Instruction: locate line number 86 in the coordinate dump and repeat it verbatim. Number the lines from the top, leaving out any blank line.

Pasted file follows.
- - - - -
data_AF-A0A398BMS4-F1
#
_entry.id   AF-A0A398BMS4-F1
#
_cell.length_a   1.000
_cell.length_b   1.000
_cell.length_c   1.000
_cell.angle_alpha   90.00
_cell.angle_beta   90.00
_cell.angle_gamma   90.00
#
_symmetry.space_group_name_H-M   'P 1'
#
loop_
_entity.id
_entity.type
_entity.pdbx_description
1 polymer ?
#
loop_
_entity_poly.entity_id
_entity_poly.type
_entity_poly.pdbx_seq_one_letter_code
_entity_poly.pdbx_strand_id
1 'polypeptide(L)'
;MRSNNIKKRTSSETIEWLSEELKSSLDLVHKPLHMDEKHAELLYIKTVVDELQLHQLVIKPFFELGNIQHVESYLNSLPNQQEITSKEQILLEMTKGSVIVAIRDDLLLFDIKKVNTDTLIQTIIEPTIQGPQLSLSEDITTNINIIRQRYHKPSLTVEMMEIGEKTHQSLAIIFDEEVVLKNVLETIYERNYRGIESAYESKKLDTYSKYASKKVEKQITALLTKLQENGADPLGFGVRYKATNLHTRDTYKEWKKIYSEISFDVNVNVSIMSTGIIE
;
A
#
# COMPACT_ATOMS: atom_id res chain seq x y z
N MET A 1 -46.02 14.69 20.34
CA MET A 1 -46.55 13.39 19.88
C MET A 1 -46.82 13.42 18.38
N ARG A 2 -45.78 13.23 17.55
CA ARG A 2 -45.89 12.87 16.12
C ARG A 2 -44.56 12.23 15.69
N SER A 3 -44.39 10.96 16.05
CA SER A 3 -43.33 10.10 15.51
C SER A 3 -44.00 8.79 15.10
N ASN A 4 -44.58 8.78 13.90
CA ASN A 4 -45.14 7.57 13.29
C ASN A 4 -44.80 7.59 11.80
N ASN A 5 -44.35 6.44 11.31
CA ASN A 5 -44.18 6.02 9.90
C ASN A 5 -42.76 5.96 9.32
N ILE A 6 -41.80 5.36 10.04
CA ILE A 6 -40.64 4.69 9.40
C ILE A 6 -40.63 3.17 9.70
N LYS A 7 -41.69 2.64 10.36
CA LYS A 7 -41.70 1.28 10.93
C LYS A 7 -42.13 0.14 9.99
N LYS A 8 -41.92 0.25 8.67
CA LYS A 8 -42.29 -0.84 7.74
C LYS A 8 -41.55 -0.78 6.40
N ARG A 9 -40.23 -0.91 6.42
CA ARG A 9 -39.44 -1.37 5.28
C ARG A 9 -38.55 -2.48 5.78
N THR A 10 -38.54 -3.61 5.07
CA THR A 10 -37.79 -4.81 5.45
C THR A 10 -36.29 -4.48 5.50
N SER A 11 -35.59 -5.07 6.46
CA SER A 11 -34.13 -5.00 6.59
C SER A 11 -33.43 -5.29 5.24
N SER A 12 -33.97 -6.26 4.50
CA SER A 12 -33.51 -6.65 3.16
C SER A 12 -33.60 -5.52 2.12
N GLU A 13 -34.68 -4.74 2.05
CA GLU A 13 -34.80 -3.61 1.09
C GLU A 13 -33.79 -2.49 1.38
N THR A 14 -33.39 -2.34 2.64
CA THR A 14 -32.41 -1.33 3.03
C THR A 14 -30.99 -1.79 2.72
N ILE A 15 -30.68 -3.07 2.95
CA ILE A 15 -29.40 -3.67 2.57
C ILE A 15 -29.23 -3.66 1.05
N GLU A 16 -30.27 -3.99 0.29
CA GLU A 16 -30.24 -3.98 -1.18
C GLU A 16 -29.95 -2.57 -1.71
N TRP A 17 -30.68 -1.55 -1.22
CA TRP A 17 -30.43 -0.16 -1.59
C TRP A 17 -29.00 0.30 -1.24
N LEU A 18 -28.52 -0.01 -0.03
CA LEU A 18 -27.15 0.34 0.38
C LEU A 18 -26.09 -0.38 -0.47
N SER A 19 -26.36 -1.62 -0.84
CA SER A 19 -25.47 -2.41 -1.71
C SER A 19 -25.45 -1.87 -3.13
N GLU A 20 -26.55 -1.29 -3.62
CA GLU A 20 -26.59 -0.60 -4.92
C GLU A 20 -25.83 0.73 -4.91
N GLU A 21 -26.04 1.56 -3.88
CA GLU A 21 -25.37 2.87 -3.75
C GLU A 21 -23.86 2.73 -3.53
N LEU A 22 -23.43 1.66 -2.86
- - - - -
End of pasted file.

CA SER A 19 -25.47 -2.41 -1.71